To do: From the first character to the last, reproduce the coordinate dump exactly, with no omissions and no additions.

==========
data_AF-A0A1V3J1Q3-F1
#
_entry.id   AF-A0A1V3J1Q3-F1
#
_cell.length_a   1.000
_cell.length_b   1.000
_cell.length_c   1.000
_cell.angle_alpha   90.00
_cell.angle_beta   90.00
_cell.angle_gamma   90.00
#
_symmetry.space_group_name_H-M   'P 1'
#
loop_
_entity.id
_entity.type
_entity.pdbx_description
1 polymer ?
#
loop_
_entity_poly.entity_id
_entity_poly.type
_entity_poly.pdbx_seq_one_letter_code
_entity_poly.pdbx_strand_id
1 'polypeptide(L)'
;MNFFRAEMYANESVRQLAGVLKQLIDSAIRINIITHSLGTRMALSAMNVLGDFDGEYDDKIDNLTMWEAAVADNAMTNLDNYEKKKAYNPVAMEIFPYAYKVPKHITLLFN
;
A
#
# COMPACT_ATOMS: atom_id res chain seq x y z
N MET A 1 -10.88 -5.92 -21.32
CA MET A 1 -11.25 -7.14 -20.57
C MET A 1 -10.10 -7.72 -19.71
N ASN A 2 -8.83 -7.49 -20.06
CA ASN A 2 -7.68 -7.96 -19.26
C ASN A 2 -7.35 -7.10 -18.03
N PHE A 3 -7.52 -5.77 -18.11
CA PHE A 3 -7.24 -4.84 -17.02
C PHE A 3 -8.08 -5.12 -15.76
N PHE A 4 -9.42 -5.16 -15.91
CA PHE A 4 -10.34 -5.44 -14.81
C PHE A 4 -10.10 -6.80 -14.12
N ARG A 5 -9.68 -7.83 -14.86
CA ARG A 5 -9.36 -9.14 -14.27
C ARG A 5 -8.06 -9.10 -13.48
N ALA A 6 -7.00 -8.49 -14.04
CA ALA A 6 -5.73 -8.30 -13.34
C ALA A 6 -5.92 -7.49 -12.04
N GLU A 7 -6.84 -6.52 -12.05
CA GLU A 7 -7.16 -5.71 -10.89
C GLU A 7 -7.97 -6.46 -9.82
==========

data_AF-A0A1V3J1Q3-F1
#
_entry.id   AF-A0A1V3J1Q3-F1
#
_cell.length_a   1.000
_cell.length_b   1.000
_cell.length_c   1.000
_cell.angle_alpha   90.00
_cell.angle_beta   90.00
_cell.angle_gamma   90.00
#
_symmetry.space_group_name_H-M   'P 1'
#
loop_
_entity.id
_entity.type
_entity.pdbx_description
1 polymer ?
#
loop_
_entity_poly.entity_id
_entity_poly.type
_entity_poly.pdbx_seq_one_letter_code
_entity_poly.pdbx_strand_id
1 'polypeptide(L)'
;MNFFRAEMYANESVRQLAGVLKQLIDSAIRINIITHSLGTRMALSAMNVLGDFDGEYDDKIDNLTMWEAAVADNAMTNLDNYEKKKAYNPVAMEIFPYAYKVPKHITLLFN
;
A
#
# COMPACT_ATOMS: atom_id res chain seq x y z
N MET A 1 -10.88 -5.92 -21.32
CA MET A 1 -11.25 -7.14 -20.57
C MET A 1 -10.10 -7.72 -19.71
N ASN A 2 -8.83 -7.49 -20.06
CA ASN A 2 -7.68 -7.96 -19.26
C ASN A 2 -7.35 -7.10 -18.03
N PHE A 3 -7.52 -5.77 -18.11
CA PHE A 3 -7.24 -4.84 -17.02
C PHE A 3 -8.08 -5.12 -15.76
N PHE A 4 -9.42 -5.16 -15.91
CA PHE A 4 -10.34 -5.44 -14.81
C PHE A 4 -10.10 -6.80 -14.12
N ARG A 5 -9.68 -7.83 -14.86
CA ARG A 5 -9.36 -9.14 -14.27
C ARG A 5 -8.06 -9.10 -13.48
N ALA A 6 -7.00 -8.49 -14.04
CA ALA A 6 -5.73 -8.30 -13.34
C ALA A 6 -5.92 -7.49 -12.04
N GLU A 7 -6.84 -6.52 -12.05
CA GLU A 7 -7.16 -5.71 -10.89
C GLU A 7 -7.97 -6.46 -9.82